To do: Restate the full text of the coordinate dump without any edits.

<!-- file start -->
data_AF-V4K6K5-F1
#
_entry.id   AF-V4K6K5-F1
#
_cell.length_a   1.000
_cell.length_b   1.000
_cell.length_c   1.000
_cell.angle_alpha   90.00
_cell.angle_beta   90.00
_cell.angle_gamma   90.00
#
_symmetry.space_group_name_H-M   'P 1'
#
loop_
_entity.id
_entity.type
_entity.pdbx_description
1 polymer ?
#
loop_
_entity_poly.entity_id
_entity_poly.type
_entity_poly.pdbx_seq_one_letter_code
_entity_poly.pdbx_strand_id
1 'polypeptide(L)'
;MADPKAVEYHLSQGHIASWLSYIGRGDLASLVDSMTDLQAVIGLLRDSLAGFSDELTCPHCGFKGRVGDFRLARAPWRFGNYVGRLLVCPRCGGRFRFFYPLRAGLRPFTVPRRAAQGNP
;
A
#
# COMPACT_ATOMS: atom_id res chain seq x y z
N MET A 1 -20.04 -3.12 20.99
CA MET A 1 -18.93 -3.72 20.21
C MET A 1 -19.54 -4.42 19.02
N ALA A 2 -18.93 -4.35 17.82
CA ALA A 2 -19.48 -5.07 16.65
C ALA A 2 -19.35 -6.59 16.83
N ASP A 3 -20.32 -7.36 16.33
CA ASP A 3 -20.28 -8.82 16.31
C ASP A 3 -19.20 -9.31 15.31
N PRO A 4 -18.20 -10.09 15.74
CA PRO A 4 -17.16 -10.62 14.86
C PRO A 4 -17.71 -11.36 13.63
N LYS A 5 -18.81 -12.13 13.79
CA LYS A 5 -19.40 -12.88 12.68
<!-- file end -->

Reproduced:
data_AF-V4K6K5-F1
#
_entry.id   AF-V4K6K5-F1
#
_cell.length_a   1.000
_cell.length_b   1.000
_cell.length_c   1.000
_cell.angle_alpha   90.00
_cell.angle_beta   90.00
_cell.angle_gamma   90.00
#
_symmetry.space_group_name_H-M   'P 1'
#
loop_
_entity.id
_entity.type
_entity.pdbx_description
1 polymer ?
#
loop_
_entity_poly.entity_id
_entity_poly.type
_entity_poly.pdbx_seq_one_letter_code
_entity_poly.pdbx_strand_id
1 'polypeptide(L)'
;MADPKAVEYHLSQGHIASWLSYIGRGDLASLVDSMTDLQAVIGLLRDSLAGFSDELTCPHCGFKGRVGDFRLARAPWRFGNYVGRLLVCPRCGGRFRFFYPLRAGLRPFTVPRRAAQGNP
;
A
#
# COMPACT_ATOMS: atom_id res chain seq x y z
N MET A 1 -20.04 -3.12 20.99
CA MET A 1 -18.93 -3.72 20.21
C MET A 1 -19.54 -4.42 19.02
N ALA A 2 -18.93 -4.35 17.82
CA ALA A 2 -19.48 -5.07 16.65
C ALA A 2 -19.35 -6.59 16.83
N ASP A 3 -20.32 -7.36 16.33
CA ASP A 3 -20.28 -8.82 16.31
C ASP A 3 -19.20 -9.31 15.31
N PRO A 4 -18.20 -10.09 15.74
CA PRO A 4 -17.16 -10.62 14.86
C PRO A 4 -17.71 -11.36 13.63
N LYS A 5 -18.81 -12.13 13.79
CA LYS A 5 -19.40 -12.88 12.68